A Mensch's Guide to Campus Activism


Community, philanthropy, leadership in Jewish and Greek life

 Lauren Mangurten 
By Lauren Mangurten

One thing Jewish and Greek organizations have in common is the sense of community they provide to Jewish students. Both give students the opportunity to participate in philanthropies, build leadership skills and make new friends. Students across college campuses find it easy and meaningful to be involved in both communities.

Yael Dvorin, a senior at the University of Illinois at Urbana-Champaign (U of I), is active in both the Jewish and Greek communities on campus. She is co-chair of a new Hillel Student Leadership program that aims to ease the transition to college for Jewish freshman and transfer students. Dvorin’s past involvement in Jewish life includes fundraising for community services, and serving as the Jewish Education Chair at Hillel, she said

“I’ve done a lot to entertain my curiosities in Judaism,” she said.

Dvorin said she is also president of Panhellenic Council, a student government for sororities on campus. In addition, she served as New Member Educator of Alpha Epsilon Phi at U of I - a national sorority founded by Jewish women - where she enjoyed working with the new sorority members. Her desire to play a bigger role in her sorority led her to become president in 2006. She wanted to work with other sororities in Panhellenic Council as well, so she became president of Panhellenic Council.

In balancing her time between Jewish life and Greek life, Dvorin said she tries to separate the two so when she goes back and forth between the Jewish and Greek organizations, she feels fully invested in each.

Yet her numerous experiences in Jewish and Greek life complement each other in a meaningful way.

“You take every experience to your new one,” Dvorin said.

For Rayna Schaff, a junior at U of I, Jewish life is fundamentally distinct from Greek life. Schaff chose to join Kappa Alpha Theta sorority – not a Jewish sorority.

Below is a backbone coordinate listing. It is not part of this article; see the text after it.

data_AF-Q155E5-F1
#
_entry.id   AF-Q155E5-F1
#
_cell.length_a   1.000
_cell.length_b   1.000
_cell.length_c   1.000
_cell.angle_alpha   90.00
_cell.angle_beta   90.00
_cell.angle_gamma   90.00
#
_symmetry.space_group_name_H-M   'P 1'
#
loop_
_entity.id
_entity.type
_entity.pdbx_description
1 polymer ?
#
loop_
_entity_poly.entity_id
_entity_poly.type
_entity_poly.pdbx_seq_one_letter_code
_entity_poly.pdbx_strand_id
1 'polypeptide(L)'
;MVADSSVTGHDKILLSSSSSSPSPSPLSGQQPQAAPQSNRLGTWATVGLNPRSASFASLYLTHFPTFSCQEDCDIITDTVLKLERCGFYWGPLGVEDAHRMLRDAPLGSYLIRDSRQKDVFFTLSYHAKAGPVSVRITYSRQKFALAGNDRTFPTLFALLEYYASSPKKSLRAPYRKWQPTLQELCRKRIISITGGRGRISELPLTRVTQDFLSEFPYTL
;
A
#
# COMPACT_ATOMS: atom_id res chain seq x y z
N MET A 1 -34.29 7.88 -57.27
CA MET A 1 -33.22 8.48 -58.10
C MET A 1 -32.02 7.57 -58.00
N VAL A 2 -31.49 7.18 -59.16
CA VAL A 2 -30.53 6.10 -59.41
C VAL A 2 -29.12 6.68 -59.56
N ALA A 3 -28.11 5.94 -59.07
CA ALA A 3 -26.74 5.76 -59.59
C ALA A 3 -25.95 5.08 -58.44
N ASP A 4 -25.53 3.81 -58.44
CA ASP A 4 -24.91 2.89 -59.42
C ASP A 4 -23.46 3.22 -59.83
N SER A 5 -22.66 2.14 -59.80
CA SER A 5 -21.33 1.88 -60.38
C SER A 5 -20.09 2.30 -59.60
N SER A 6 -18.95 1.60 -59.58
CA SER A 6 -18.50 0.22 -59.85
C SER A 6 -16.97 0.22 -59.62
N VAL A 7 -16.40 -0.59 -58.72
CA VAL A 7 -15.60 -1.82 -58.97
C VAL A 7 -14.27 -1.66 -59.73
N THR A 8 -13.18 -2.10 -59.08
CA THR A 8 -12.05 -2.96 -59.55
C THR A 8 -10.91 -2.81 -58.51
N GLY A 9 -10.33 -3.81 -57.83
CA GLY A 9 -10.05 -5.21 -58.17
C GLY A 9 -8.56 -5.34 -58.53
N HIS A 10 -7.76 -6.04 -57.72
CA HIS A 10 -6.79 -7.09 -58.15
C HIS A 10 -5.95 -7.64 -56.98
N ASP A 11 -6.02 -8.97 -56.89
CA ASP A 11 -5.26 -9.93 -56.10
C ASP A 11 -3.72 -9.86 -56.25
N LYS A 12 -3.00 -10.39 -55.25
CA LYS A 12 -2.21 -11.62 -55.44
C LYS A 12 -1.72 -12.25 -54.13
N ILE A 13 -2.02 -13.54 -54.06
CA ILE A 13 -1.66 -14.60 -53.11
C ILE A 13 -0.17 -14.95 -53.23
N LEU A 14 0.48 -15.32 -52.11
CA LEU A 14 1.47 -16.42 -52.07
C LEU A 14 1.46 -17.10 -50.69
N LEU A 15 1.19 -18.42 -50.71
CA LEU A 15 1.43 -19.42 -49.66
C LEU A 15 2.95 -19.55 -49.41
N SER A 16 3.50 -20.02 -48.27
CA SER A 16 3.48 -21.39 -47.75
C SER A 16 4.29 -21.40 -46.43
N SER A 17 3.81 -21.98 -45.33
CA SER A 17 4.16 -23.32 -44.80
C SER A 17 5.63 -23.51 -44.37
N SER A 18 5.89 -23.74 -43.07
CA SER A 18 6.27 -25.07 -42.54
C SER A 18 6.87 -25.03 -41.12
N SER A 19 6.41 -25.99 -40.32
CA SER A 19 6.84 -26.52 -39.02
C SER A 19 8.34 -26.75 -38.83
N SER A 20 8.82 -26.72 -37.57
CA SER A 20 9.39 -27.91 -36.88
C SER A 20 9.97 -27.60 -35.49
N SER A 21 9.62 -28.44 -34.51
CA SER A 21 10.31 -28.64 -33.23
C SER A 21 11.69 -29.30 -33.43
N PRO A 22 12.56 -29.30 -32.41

“I really pushed myself to get out of my bubble,” Schaff said. “I really met so many people who are so different [than] me.”

Schaff said she likes the diverse environment of her house.

“Everyone was really accepting and also just really fascinated,” Schaff said.

She held the position of Music Chair for Kappa Alpha Theta. She said she was also actively involved in recruitment in her sophomore year, as well as in her sorority’s philanthropy events.

The decision to join Kappa Alpha Theta was one of the hardest decisions she ever had to make because she gave up having a Jewish community within her sorority, Schaff said.

“I felt if [Jewish life] is something I want to be a part of, I’m going to have to seek it out,” Schaff said.

Her involvement in Hillel started slowly, she said. Schaff grew up in a family that is culturally Jewish but not religious.

Hillel gave her the opportunity to attend services for Shabbat, which led her to become more involved in religious and other aspects of Jewish life. Schaff got to know people at Hillel, became an intern there and spent a lot of time there when was not at class.

“They became like my family,” Schaff said.

She is the Co-Tzedek Chair at Hillel for the 2007 to 2008 school year.

Alexis Hymen, a sophomore at Northwestern University, is also not in a Jewish sorority. She said there are no Jewish sororities at Northwestern.

She was timid at first, not knowing if she would be the only Jew in Kappa Delta, her sorority house, Hymen said. However, after meeting the other women in her house, she saw that this was not the case.

“I’m definitely not singled out,” Hymen said. “And that’s really important.”

She has become close friends with Jewish women in her house, she said.

Hymen said it was initially difficult for her to balance Jewish life and sorority life. Hymen is on the Shabbat committee at Hillel and puts together a bagel brunch with two other students once a month. She also holds positions in her sorority. She is assistant web master, recycling chair and in charge of one night of recruitment.

“Right away you feel like you want to do and have to do everything,” Hymen said. “And then after a while you get the hang of it.”

Balancing her time between Jewish life and Greek life helped her learn that both communities are important to her, Hymen said.

“Generally speaking, it’s really easy to become overwhelmed at college, no matter where you go,” Schaff said. “The best thing you can do is to be open to new experiences.”

Posted: 10/18/2007 05:30:05 AM

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